Reverend Antonio Hernández, IBA
Thomas Jefferson, for example, wrote a great deal about God, yet he was an atheist.
It is a pleasant shock that one of the U.S.’s circuit appellate courts is reviewing the Pledge of Allegiance, hoping to remove the words "under God", which were inserted by President Eisenhower in 1952. The court may very well succeed in implementing the change, in certain states. It all started when a Californian atheist recently became angry, because his 2nd-grade daughter was forced to recite the Pledge at school.

The federal appellate court, reversing the lower court, ruled that "under God" is an infringement upon First and Fourteenth Amendment rights. They ruled that it is an example of mixing church and state, thus violating our establishment and neutrality clauses. Many other people, however, are screaming bloody murder, including most judges and politicians.

We know that the Founding Fathers acknowledged a higher power. In some cases this was heartfelt; mostly it was mere pandering, just as it is today. Thomas Jefferson, for example, wrote a great deal about God, yet he was an atheist. He wrote that he couldn’t find any difference between "our peculiar Christian superstition" and any other superstition he had studied. Justice Felix Frankfurter wrote at the beginning of the Cold War that the separation of church and state "is a wall', and not a thin line over which the government or courts can dance at whim. The Founding Fathers had this very idea uppermost in mind: their fear was that a particular religious group would seize power of the United States, and such a scenario easily met their definition of "tyranny".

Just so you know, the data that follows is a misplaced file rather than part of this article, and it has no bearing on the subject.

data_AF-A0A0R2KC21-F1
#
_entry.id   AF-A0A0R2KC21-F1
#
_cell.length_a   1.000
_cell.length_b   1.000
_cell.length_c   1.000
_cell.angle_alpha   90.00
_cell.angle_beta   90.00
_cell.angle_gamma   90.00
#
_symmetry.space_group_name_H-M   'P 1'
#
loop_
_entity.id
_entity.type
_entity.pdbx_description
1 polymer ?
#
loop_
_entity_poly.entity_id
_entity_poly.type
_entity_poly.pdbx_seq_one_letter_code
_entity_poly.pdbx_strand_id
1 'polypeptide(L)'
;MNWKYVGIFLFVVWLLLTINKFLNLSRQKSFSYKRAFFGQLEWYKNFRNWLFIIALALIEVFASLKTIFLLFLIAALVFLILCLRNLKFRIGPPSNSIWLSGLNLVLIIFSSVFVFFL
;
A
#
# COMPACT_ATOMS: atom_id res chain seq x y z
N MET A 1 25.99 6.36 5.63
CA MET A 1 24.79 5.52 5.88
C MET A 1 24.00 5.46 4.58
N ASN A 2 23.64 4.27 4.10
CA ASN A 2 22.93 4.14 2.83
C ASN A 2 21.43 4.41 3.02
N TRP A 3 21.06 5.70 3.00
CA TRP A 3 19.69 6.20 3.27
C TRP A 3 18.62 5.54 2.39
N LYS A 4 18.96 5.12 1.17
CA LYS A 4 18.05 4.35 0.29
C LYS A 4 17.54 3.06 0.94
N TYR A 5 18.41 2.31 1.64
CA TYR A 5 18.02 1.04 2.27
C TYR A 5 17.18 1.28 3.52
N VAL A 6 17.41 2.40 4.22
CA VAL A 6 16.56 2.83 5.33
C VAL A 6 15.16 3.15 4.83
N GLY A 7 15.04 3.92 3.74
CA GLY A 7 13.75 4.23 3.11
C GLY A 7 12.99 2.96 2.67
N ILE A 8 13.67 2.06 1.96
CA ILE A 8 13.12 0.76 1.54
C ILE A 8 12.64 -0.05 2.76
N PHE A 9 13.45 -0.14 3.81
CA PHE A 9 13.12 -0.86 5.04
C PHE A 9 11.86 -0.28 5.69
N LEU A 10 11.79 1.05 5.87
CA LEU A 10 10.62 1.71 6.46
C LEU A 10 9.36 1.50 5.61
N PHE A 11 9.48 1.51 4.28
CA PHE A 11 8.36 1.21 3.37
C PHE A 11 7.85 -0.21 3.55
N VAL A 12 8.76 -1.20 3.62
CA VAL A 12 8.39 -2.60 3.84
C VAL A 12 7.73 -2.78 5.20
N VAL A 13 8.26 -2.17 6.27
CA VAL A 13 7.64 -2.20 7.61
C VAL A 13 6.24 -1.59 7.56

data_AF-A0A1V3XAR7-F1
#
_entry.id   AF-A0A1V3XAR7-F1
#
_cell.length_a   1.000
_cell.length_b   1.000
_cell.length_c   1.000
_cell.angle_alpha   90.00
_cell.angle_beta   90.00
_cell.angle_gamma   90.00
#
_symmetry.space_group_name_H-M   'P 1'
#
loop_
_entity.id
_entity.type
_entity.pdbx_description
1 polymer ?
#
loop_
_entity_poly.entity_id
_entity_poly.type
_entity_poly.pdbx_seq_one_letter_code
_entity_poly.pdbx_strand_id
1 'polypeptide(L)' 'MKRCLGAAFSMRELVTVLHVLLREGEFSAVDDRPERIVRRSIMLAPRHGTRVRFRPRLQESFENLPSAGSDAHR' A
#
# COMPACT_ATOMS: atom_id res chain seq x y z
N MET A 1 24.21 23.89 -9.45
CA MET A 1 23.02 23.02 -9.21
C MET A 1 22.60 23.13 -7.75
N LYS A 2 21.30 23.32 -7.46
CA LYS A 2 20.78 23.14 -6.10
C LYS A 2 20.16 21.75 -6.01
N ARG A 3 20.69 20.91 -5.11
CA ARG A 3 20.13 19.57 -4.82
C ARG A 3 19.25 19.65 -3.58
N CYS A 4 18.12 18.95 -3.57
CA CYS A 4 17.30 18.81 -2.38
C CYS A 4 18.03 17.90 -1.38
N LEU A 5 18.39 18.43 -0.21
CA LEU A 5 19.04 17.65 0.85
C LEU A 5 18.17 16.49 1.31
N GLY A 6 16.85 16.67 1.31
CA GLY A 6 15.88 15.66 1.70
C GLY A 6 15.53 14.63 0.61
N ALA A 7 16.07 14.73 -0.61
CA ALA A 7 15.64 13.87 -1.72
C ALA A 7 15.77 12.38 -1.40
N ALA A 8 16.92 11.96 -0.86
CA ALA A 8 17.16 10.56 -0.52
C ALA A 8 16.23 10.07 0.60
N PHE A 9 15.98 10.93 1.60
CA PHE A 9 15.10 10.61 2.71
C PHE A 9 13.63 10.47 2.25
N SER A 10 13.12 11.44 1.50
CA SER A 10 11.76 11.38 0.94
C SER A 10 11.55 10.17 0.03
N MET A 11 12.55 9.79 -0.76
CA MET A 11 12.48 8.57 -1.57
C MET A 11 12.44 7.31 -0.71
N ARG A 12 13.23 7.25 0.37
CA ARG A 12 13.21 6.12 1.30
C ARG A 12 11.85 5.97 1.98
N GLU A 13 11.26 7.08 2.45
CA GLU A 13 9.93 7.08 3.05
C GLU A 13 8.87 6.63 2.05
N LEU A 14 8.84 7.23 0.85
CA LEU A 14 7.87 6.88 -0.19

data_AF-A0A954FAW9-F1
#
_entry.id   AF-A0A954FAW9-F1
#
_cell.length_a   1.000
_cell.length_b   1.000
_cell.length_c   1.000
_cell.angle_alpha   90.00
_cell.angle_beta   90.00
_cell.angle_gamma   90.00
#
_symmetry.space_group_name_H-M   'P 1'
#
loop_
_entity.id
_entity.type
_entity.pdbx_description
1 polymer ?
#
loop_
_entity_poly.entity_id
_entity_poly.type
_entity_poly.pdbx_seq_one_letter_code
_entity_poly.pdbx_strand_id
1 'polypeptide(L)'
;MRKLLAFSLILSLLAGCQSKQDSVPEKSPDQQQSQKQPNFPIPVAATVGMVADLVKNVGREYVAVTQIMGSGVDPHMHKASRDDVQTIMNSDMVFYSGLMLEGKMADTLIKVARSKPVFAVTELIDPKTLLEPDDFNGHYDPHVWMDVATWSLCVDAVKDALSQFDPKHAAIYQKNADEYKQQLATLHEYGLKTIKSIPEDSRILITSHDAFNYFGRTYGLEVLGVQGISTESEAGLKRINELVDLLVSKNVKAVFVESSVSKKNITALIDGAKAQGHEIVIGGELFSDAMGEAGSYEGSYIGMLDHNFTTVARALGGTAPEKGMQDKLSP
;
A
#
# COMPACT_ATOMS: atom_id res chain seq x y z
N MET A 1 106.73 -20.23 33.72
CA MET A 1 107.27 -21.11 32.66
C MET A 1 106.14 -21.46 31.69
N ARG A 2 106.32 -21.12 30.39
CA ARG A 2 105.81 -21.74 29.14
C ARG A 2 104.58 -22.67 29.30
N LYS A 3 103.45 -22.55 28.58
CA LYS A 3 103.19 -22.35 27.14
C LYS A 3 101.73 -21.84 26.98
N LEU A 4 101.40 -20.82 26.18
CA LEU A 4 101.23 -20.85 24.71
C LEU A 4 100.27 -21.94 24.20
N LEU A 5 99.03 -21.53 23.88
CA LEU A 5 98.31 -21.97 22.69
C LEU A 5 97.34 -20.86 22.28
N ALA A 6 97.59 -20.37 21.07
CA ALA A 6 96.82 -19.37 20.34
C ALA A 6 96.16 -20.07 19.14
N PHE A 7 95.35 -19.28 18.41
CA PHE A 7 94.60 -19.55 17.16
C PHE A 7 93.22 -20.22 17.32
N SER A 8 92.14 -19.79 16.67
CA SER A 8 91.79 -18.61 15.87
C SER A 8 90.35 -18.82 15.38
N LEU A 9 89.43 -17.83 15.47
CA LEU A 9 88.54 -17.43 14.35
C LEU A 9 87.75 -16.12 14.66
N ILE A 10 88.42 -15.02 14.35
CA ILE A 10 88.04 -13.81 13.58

We know from the Communists that it is horrible tyranny to force atheism. What makes forcing God any different? The United States was not founded by an order of monks or a specific church. The freedom to believe or not was one of the prime motivators in our fight for independence. It was that knowledge, knowing one could believe whatever one wished without repercussion, that inspired all Americans to fight for freedom. Yet today, any American who separates "God" from "country" is considered a traitor. Only a few months ago, a former Federal Circuit Appeals Court judge went so far as to claim that "separation of church and state was meant to keep the corruption of the state from touching the sanctity of the church"!

At the end of the day, my only real problem is with the definition of the Pledge. When we say "under God", it is a prayer, which renders it illegal if people are coerced in public to recite it. No other words in the Pledge carry the loaded ambiguity of "under God". Remove the words and it becomes what it’s supposed to be: our pledge of allegiance to our flag and the nation it represents. Then, anyone can say the nation is under anything they want… as long as I don’t have to say it too.

"Christian" is not meant to be a prerequisite for American citizenship, and "God" is not meant to be America’s primary leader. Yet we never learn. On September 11, 2001, Usama bin Laden and his Al-Qaida thugs amply demonstrated what ultimately comes of the concept of "one nation, under God".

© Rev Antonio Hernandez IBA July 2002

Jedi Knight-Class

Rev Antonio Hernandez unravels the mythology of Star Wars
To be a good person is to think, speak, act, work, study and live in the right way.

Attack of the Giggles
Reverend Antonio Hernández
we are treated to a cartoon Yoda, hopping about like an angel-dusted Kermit

Peter The Roman
Reverend Antonio Hernández IBA
Aron Jean-Marie Lustiger, cardinal and Archbishop of Paris, is this front-runner in the soon-to-be-held conclave to elect the next pope.

< Back to Index

© Hackwriters 2002 all rights reserved